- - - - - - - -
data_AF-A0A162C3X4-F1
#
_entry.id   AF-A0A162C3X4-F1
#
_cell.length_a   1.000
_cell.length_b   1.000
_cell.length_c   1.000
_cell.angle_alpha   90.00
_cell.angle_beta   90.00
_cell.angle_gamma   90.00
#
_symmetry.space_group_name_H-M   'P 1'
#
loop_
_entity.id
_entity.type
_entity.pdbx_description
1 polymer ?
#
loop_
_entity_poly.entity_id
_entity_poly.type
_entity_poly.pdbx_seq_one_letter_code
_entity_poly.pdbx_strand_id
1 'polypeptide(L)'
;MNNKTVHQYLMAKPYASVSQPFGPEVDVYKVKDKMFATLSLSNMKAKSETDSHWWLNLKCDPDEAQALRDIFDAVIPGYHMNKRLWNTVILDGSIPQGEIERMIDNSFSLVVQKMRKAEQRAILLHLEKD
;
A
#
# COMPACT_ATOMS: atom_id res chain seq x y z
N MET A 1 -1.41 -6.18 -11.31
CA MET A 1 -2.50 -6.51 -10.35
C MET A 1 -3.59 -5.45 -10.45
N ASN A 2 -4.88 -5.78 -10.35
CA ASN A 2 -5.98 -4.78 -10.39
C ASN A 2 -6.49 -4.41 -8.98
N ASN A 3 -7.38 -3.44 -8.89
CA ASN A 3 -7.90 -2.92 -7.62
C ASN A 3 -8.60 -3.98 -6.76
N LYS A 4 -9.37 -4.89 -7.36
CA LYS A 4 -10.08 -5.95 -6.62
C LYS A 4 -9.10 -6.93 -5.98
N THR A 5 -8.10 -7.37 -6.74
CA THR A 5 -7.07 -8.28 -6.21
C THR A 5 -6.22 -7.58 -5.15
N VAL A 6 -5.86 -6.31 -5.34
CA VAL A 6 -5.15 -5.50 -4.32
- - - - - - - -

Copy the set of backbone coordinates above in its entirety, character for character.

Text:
data_AF-A0A162C3X4-F1
#
_entry.id   AF-A0A162C3X4-F1
#
_cell.length_a   1.000
_cell.length_b   1.000
_cell.length_c   1.000
_cell.angle_alpha   90.00
_cell.angle_beta   90.00
_cell.angle_gamma   90.00
#
_symmetry.space_group_name_H-M   'P 1'
#
loop_
_entity.id
_entity.type
_entity.pdbx_description
1 polymer ?
#
loop_
_entity_poly.entity_id
_entity_poly.type
_entity_poly.pdbx_seq_one_letter_code
_entity_poly.pdbx_strand_id
1 'polypeptide(L)'
;MNNKTVHQYLMAKPYASVSQPFGPEVDVYKVKDKMFATLSLSNMKAKSETDSHWWLNLKCDPDEAQALRDIFDAVIPGYHMNKRLWNTVILDGSIPQGEIERMIDNSFSLVVQKMRKAEQRAILLHLEKD
;
A
#
# COMPACT_ATOMS: atom_id res chain seq x y z
N MET A 1 -1.41 -6.18 -11.31
CA MET A 1 -2.50 -6.51 -10.35
C MET A 1 -3.59 -5.45 -10.45
N ASN A 2 -4.88 -5.78 -10.35
CA ASN A 2 -5.98 -4.78 -10.39
C ASN A 2 -6.49 -4.41 -8.98
N ASN A 3 -7.38 -3.44 -8.89
CA ASN A 3 -7.90 -2.92 -7.62
C ASN A 3 -8.60 -3.98 -6.76
N LYS A 4 -9.37 -4.89 -7.36
CA LYS A 4 -10.08 -5.95 -6.62
C LYS A 4 -9.10 -6.93 -5.98
N THR A 5 -8.10 -7.37 -6.74
CA THR A 5 -7.07 -8.28 -6.21
C THR A 5 -6.22 -7.58 -5.15
N VAL A 6 -5.86 -6.31 -5.34
CA VAL A 6 -5.15 -5.50 -4.32